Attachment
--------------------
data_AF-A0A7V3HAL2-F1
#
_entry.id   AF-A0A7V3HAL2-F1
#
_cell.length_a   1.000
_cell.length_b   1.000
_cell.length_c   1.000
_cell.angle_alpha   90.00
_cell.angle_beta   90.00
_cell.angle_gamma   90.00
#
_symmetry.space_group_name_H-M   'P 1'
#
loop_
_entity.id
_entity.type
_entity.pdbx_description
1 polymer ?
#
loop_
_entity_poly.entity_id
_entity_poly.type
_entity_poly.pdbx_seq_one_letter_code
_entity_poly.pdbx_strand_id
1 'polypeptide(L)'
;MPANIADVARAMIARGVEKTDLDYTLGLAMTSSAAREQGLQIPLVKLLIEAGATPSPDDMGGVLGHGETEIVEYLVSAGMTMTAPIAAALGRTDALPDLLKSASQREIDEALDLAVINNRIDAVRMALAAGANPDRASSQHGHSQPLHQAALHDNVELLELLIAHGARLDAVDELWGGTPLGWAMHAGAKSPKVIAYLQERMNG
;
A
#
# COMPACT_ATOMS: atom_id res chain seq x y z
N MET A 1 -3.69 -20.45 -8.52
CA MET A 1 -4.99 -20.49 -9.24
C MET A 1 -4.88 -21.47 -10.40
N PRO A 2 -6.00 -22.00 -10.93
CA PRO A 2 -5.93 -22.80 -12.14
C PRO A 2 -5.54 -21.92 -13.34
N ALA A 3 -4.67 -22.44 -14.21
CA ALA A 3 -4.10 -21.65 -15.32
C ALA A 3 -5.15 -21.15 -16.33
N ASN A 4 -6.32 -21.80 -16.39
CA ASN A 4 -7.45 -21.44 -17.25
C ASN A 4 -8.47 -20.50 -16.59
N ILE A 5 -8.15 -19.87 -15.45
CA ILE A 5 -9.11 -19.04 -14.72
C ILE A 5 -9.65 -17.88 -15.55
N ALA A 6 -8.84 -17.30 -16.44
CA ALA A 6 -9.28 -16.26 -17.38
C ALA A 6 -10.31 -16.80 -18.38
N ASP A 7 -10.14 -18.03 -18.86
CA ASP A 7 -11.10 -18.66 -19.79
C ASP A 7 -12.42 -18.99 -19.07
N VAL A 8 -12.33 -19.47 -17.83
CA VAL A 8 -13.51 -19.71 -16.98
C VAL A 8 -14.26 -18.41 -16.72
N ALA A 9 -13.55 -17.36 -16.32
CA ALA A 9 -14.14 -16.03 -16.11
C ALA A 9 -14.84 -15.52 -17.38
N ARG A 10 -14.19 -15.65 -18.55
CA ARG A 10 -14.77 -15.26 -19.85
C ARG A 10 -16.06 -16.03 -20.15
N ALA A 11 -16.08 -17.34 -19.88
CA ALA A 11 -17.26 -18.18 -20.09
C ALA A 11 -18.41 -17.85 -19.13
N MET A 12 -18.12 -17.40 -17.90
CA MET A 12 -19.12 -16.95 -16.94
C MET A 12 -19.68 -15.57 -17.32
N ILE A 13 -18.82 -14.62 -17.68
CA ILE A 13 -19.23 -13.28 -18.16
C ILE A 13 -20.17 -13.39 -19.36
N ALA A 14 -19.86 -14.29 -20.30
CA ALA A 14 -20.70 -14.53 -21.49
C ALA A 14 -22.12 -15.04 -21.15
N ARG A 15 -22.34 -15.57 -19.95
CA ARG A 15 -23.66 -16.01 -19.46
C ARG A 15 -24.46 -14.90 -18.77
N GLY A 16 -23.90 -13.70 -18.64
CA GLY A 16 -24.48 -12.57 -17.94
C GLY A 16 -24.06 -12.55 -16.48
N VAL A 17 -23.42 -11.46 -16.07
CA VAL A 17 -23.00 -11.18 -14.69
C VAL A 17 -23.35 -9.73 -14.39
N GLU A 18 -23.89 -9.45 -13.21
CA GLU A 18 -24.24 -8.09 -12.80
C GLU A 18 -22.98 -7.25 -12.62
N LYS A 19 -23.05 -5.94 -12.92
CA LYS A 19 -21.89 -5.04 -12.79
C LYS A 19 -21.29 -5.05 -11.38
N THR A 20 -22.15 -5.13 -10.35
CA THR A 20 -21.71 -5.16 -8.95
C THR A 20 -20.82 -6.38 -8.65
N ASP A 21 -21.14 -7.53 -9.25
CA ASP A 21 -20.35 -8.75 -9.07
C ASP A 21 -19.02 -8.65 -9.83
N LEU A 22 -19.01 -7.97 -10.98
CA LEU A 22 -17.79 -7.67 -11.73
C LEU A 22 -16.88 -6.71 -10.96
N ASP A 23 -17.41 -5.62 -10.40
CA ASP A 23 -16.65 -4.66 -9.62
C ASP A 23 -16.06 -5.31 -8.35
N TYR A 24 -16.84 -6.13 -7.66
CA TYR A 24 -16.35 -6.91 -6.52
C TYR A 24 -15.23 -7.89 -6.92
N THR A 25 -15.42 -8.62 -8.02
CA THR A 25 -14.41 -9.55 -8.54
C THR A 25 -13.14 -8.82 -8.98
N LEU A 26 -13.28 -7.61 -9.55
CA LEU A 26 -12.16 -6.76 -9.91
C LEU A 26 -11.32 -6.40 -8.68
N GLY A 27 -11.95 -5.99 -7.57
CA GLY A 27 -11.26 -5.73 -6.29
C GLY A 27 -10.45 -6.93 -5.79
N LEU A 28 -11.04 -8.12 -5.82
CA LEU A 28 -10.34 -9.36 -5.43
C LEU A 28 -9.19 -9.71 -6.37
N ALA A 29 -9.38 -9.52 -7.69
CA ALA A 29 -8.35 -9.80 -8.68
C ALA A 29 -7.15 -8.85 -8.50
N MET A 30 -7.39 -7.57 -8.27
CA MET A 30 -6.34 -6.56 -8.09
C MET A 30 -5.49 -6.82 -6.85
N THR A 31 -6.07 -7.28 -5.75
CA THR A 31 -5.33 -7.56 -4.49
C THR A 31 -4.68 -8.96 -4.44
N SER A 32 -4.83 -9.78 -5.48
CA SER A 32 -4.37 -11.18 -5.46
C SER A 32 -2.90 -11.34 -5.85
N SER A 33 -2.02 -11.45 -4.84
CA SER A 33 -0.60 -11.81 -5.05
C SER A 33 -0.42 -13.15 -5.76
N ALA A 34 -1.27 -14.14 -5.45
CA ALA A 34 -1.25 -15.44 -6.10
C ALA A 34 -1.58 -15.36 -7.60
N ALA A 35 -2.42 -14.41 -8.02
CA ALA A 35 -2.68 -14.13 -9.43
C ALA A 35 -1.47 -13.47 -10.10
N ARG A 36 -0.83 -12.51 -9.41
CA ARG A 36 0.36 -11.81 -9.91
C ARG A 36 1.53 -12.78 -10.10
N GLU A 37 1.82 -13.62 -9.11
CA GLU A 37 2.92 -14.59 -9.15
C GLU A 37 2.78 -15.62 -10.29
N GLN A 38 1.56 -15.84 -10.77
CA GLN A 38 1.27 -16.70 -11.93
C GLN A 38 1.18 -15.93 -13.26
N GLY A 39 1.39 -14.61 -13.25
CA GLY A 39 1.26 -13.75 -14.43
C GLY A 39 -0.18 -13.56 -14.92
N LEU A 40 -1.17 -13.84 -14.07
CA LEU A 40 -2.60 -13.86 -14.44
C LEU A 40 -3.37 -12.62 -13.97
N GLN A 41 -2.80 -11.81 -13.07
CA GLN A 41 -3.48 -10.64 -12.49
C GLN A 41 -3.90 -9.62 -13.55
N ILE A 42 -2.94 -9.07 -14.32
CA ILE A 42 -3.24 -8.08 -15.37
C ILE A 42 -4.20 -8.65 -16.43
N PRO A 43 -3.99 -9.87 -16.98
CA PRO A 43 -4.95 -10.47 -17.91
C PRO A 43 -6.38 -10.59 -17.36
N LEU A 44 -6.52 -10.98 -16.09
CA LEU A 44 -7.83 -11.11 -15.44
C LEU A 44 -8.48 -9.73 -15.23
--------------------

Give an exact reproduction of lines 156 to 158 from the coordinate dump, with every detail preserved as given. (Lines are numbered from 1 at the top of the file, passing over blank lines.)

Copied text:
C ILE A 42 -4.20 -8.65 -16.43
N PRO A 43 -3.99 -9.87 -16.98
CA PRO A 43 -4.95 -10.47 -17.91